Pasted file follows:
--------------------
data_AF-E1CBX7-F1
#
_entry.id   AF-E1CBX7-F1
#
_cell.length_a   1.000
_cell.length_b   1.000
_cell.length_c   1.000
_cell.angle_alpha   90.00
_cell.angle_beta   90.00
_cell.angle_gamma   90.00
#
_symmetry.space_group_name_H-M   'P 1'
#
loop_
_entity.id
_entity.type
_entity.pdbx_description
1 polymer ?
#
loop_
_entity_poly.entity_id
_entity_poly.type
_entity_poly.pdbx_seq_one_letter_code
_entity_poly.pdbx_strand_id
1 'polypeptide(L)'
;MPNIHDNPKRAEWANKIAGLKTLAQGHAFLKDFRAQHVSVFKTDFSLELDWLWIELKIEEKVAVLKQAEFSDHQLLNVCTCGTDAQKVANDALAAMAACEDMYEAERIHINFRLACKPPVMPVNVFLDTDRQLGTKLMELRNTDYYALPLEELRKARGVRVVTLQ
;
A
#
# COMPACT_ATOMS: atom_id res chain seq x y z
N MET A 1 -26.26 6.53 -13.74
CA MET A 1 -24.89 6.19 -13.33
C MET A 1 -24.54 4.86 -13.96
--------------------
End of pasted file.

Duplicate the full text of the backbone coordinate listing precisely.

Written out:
data_AF-E1CBX7-F1
#
_entry.id   AF-E1CBX7-F1
#
_cell.length_a   1.000
_cell.length_b   1.000
_cell.length_c   1.000
_cell.angle_alpha   90.00
_cell.angle_beta   90.00
_cell.angle_gamma   90.00
#
_symmetry.space_group_name_H-M   'P 1'
#
loop_
_entity.id
_entity.type
_entity.pdbx_description
1 polymer ?
#
loop_
_entity_poly.entity_id
_entity_poly.type
_entity_poly.pdbx_seq_one_letter_code
_entity_poly.pdbx_strand_id
1 'polypeptide(L)'
;MPNIHDNPKRAEWANKIAGLKTLAQGHAFLKDFRAQHVSVFKTDFSLELDWLWIELKIEEKVAVLKQAEFSDHQLLNVCTCGTDAQKVANDALAAMAACEDMYEAERIHINFRLACKPPVMPVNVFLDTDRQLGTKLMELRNTDYYALPLEELRKARGVRVVTLQ
;
A
#
# COMPACT_ATOMS: atom_id res chain seq x y z
N MET A 1 -26.26 6.53 -13.74
CA MET A 1 -24.89 6.19 -13.33
C MET A 1 -24.54 4.86 -13.96